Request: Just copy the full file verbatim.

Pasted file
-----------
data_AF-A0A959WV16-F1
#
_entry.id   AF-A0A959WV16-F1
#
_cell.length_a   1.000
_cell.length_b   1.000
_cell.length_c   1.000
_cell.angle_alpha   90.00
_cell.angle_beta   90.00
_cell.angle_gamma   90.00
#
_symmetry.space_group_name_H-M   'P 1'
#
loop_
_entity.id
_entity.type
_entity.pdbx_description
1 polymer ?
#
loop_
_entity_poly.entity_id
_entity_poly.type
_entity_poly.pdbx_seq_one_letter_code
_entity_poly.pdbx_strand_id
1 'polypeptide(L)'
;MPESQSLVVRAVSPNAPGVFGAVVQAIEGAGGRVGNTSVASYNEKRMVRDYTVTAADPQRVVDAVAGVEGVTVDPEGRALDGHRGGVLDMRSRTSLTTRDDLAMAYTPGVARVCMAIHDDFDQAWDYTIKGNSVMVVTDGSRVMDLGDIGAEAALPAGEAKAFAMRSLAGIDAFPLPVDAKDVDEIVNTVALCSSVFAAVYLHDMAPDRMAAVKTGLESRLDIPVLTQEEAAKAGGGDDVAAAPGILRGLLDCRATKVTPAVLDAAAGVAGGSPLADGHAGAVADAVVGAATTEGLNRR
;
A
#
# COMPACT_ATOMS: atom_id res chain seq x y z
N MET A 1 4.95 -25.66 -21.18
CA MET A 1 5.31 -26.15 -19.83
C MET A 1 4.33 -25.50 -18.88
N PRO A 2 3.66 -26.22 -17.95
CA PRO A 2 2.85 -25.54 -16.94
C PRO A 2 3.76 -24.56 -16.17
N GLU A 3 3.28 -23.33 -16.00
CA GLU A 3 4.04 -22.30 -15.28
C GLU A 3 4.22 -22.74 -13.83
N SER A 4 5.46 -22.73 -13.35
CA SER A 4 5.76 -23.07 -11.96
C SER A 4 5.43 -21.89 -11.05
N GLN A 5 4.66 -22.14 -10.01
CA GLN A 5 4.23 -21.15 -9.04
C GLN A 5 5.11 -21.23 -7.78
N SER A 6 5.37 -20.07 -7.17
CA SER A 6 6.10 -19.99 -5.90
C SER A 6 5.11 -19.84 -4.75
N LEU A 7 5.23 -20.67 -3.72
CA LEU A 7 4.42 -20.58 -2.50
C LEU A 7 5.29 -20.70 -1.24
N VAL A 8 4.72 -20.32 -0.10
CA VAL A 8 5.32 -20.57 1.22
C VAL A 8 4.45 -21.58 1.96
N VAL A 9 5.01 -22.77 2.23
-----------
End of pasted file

data_AF-A0A959WV16-F1
#
_entry.id   AF-A0A959WV16-F1
#
_cell.length_a   1.000
_cell.length_b   1.000
_cell.length_c   1.000
_cell.angle_alpha   90.00
_cell.angle_beta   90.00
_cell.angle_gamma   90.00
#
_symmetry.space_group_name_H-M   'P 1'
#
loop_
_entity.id
_entity.type
_entity.pdbx_description
1 polymer ?
#
loop_
_entity_poly.entity_id
_entity_poly.type
_entity_poly.pdbx_seq_one_letter_code
_entity_poly.pdbx_strand_id
1 'polypeptide(L)'
;MPESQSLVVRAVSPNAPGVFGAVVQAIEGAGGRVGNTSVASYNEKRMVRDYTVTAADPQRVVDAVAGVEGVTVDPEGRALDGHRGGVLDMRSRTSLTTRDDLAMAYTPGVARVCMAIHDDFDQAWDYTIKGNSVMVVTDGSRVMDLGDIGAEAALPAGEAKAFAMRSLAGIDAFPLPVDAKDVDEIVNTVALCSSVFAAVYLHDMAPDRMAAVKTGLESRLDIPVLTQEEAAKAGGGDDVAAAPGILRGLLDCRATKVTPAVLDAAAGVAGGSPLADGHAGAVADAVVGAATTEGLNRR
;
A
#
# COMPACT_ATOMS: atom_id res chain seq x y z
N MET A 1 4.95 -25.66 -21.18
CA MET A 1 5.31 -26.15 -19.83
C MET A 1 4.33 -25.50 -18.88
N PRO A 2 3.66 -26.22 -17.95
CA PRO A 2 2.85 -25.54 -16.94
C PRO A 2 3.76 -24.56 -16.17
N GLU A 3 3.28 -23.33 -16.00
CA GLU A 3 4.04 -22.30 -15.28
C GLU A 3 4.22 -22.74 -13.83
N SER A 4 5.46 -22.73 -13.35
CA SER A 4 5.76 -23.07 -11.96
C SER A 4 5.43 -21.89 -11.05
N GLN A 5 4.66 -22.14 -10.01
CA GLN A 5 4.23 -21.15 -9.04
C GLN A 5 5.11 -21.23 -7.78
N SER A 6 5.37 -20.07 -7.17
CA SER A 6 6.10 -19.99 -5.90
C SER A 6 5.11 -19.84 -4.75
N LEU A 7 5.23 -20.67 -3.72
CA LEU A 7 4.42 -20.58 -2.50
C LEU A 7 5.29 -20.70 -1.24
N VAL A 8 4.72 -20.32 -0.10
CA VAL A 8 5.32 -20.57 1.22
C VAL A 8 4.45 -21.58 1.96
N VAL A 9 5.01 -22.77 2.23